Stockbridge — It’s been the talk of the town this week. In the Elm Street Market, Nejaime’s Liquors and in the Post Office, people were more than curious to know who parked a pick-up truck this week on Main Street across from the intersection with Elm Street. And who erected a large sign on the truck’s bed announcing in no uncertain terms his (or her) opposition to amending the Berkshire Hills Regional School District agreement that determines how much each town contributes to the district’s capital expenditures.
An informal survey by a peripatetic reporter on Friday afternoon revealed that none of the 30 or so people interviewed had any idea who had caused the fuss.
Well, the mystery of the big sign has been solved. The Edge has confirmed that the man who blares his views for all to see is none other than lifelong Stockbridge resident Wilson Wright.
“I just wanted to get my viewpoint out,” Wright said in an interview, referring to his opposition to the proposed amendment that would reform the way property owners pay for the capital portion of the Berkshire Hills Regional School District budget. “I believe it’ll raise my taxes — maybe not immediately — but it’ll happen.”
Wright parked the vehicle on Monday morning and plans to keep it there until Sunday or maybe Monday morning. One week is about right, he said, because he wanted to make sure the part-time residents see it, even though they cannot vote in annual town meeting where the matter will be decided.
The sign urges “Stockbridge voters” to “stop the madness” and “vote no on [the] school agreement.”
Stockbridge Patrol Officer Kirk Nichols told The Edge there are virtually no parking restrictions in that area of Main Street. Indeed, there is no signage indicating any restrictions at all, so there is nothing to prevent someone from parking a vehicle there for an extended period of time. The only restriction for overnight parking is during the town’s snow emergency period, which ended March 15.
The town does a have a signage bylaw, Nichols explained, but in the eyes of the law, Wright’s sign is viewed as temporary.
“It’s just like a bumper sticker,” Nichols said.
And of course, there might be also be freedom-of-speech issues if the town ordered its removal because the sign is making a political statement, Nichols explained.
The controversial proposal Wright opposes was endorsed in October by the Regional Agreement Amendment Committee (RAAC) and would change the school district’s 50-year-old agreement so that the three member towns would each pay the same property tax rate to fund the capital portion of the district’s budget, rather than be assessed mostly on the number of students they enroll in the district.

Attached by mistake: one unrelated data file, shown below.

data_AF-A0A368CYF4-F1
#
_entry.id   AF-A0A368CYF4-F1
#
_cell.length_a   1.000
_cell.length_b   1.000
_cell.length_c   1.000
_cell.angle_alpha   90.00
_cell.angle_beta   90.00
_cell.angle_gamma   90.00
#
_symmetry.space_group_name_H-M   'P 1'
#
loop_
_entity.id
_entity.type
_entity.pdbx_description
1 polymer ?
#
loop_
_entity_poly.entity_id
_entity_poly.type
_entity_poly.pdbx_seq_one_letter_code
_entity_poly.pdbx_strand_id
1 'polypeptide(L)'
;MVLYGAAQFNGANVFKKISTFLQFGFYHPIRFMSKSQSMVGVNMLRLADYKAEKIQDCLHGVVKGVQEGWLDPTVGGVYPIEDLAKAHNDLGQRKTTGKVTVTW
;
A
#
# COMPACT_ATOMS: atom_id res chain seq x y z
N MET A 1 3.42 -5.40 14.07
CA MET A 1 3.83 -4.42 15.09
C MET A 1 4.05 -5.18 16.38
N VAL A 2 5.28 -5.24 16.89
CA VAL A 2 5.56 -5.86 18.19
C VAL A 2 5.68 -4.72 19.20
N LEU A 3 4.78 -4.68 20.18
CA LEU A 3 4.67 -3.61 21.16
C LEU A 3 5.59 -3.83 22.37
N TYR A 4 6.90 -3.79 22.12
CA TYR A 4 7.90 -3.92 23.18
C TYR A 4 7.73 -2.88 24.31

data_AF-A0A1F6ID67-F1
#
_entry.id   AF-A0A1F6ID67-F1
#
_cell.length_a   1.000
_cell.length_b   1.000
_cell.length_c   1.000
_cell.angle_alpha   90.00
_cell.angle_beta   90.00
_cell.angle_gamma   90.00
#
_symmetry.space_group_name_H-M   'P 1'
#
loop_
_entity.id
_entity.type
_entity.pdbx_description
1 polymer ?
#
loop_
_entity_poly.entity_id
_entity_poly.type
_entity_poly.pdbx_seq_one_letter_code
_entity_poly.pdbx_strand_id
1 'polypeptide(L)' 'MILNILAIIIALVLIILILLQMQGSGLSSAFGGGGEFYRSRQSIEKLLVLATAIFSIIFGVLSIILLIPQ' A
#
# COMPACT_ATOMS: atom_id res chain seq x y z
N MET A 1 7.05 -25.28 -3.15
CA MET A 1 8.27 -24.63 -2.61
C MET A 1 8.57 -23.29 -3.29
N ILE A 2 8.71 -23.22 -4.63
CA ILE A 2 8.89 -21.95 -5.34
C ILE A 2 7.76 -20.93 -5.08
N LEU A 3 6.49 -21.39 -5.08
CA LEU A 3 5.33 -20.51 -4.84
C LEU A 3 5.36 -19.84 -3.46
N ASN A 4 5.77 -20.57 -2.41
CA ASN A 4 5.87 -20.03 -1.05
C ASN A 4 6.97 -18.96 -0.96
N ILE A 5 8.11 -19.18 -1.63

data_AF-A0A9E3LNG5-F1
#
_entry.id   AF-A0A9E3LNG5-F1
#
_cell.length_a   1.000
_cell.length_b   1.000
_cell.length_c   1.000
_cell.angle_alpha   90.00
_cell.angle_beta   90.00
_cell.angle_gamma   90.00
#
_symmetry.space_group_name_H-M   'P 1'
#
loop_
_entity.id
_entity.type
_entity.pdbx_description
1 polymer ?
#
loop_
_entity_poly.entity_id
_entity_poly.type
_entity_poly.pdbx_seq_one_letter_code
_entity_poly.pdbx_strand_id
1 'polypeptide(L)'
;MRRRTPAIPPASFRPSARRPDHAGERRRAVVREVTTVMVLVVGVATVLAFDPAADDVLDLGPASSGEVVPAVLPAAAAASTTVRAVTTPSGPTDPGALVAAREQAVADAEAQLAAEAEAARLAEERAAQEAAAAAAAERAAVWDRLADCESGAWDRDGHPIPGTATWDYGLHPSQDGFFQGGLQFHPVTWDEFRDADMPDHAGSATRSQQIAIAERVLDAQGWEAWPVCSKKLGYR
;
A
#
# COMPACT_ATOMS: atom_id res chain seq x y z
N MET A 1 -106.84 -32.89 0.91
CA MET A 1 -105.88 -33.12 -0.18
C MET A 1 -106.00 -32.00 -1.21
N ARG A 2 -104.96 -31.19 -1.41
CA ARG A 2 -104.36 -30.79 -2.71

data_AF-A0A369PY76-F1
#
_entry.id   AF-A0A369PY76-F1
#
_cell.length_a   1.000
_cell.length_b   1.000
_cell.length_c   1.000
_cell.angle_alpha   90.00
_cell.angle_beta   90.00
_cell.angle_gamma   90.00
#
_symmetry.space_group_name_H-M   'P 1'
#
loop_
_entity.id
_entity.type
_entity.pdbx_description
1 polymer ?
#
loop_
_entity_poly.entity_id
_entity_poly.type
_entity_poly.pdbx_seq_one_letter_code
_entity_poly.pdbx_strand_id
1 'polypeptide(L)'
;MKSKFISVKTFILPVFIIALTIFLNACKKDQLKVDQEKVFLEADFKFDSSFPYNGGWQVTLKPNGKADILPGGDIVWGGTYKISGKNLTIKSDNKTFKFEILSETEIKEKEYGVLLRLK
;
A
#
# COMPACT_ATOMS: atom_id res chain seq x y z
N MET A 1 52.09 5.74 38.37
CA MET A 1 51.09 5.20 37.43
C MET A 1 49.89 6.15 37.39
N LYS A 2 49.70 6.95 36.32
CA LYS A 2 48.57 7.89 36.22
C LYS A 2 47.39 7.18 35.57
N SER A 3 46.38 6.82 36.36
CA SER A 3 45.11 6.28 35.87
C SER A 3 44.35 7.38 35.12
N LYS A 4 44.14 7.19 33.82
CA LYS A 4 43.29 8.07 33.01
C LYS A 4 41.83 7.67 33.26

The new formula would not affect how the towns fund the much larger operating budget. Nor would it affect how district residents are taxed to pay for past debt, including the bonded construction costs of Muddy Brook Elementary School and Monument Valley Regional Middle School incurred about 10 years ago.
It needed the approval of Great Barrington and West Stockbridge — both of which have already passed it in special town meetings earlier this year — but Stockbridge voters will be the last to weigh in at their annual town meeting on May 15. The proposal is popular in Great Barrington, which would see its share of future capital costs decrease, but not in Stockbridge, where taxes would surely be raised to make up the difference. There would be little change in West Stockbridge.
“Great Barrington is for it — no surprise there,” Wright opined.
That proposed amendment is also viewed as significant because both Stockbridge and West Stockbridge approved reconstruction projects in 2013 and 2014 for the aging Monument Mountain Regional High School, while Great Barrington rejected the required Proposition 2½ overrides, thus vetoing the two projects, in effect.
Wright said he favors Stockbridge pulling out of Berkshire Hills and tuitioning-in its students at the state mandated cost of $5,500, which is about one-third of the current per-pupil costs to member-towns in the district. He estimates this would save Stockbridge about $750,000 per year, though he acknowledged it would be a difficult feat to pull off because the withdrawal of a member town requires the approval of all three towns at separate town meetings.
“Stockbridge and West Stockbridge have about the same number of students, so I’m surprised West Stockbridge went for it,” Wright said.
Others in town are not. Rev. Samuel J. Smith, the priest-in-charge of St. Paul’s Episcopal Church, also serves on the Community Council at Muddy Brook Elementary School.
“I have great faith in the leaders of our schools,” Smith said in a brief interview on Main Street. “The [proposed amendment] is okay with me because ultimately it’s a sound investment.”
As for whether the movement to defeat the proposed amendment is widespread, Smith replied, “My parishioners are not talking about this.”
“I’d like to think that the RAAC, which reached a unanimous agreement on the revised agreement, is representative of the broader community,” Berkshire Hills Superintendent Peter Dillon told The Edge. “I also imagine that there will be many conversations.”
But Wright, who owns Wright’s Garage in Lee, is convinced he’s onto something. We’ll know more on Monday, May 15, when the Stockbridge Annual Town Meeting gets underway at 6:30 p.m. in the gymnasium in the Town Offices building.